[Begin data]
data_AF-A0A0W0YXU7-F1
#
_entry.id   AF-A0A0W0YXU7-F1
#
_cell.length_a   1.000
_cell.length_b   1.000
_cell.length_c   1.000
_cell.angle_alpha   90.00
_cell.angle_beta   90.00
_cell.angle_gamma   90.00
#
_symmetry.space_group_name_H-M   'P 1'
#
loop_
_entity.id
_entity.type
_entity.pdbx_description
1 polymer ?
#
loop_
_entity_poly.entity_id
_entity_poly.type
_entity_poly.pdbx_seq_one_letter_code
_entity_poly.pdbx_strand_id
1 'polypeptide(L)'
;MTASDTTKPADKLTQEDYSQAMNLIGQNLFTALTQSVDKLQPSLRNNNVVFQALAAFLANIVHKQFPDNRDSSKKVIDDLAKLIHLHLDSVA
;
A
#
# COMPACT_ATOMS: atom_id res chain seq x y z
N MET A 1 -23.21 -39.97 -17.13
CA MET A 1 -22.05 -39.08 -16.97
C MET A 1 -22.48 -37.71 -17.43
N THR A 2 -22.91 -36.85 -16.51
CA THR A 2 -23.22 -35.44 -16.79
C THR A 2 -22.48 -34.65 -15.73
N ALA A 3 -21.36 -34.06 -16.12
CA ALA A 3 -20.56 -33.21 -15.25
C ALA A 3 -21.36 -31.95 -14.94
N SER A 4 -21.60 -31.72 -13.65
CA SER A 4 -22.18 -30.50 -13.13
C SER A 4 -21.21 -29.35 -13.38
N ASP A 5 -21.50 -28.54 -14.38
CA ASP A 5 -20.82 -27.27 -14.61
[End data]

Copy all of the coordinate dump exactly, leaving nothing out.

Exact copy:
data_AF-A0A0W0YXU7-F1
#
_entry.id   AF-A0A0W0YXU7-F1
#
_cell.length_a   1.000
_cell.length_b   1.000
_cell.length_c   1.000
_cell.angle_alpha   90.00
_cell.angle_beta   90.00
_cell.angle_gamma   90.00
#
_symmetry.space_group_name_H-M   'P 1'
#
loop_
_entity.id
_entity.type
_entity.pdbx_description
1 polymer ?
#
loop_
_entity_poly.entity_id
_entity_poly.type
_entity_poly.pdbx_seq_one_letter_code
_entity_poly.pdbx_strand_id
1 'polypeptide(L)'
;MTASDTTKPADKLTQEDYSQAMNLIGQNLFTALTQSVDKLQPSLRNNNVVFQALAAFLANIVHKQFPDNRDSSKKVIDDLAKLIHLHLDSVA
;
A
#
# COMPACT_ATOMS: atom_id res chain seq x y z
N MET A 1 -23.21 -39.97 -17.13
CA MET A 1 -22.05 -39.08 -16.97
C MET A 1 -22.48 -37.71 -17.43
N THR A 2 -22.91 -36.85 -16.51
CA THR A 2 -23.22 -35.44 -16.79
C THR A 2 -22.48 -34.65 -15.73
N ALA A 3 -21.36 -34.06 -16.12
CA ALA A 3 -20.56 -33.21 -15.25
C ALA A 3 -21.36 -31.95 -14.94
N SER A 4 -21.60 -31.72 -13.65
CA SER A 4 -22.18 -30.50 -13.13
C SER A 4 -21.21 -29.35 -13.38
N ASP A 5 -21.50 -28.54 -14.38
CA ASP A 5 -20.82 -27.27 -14.61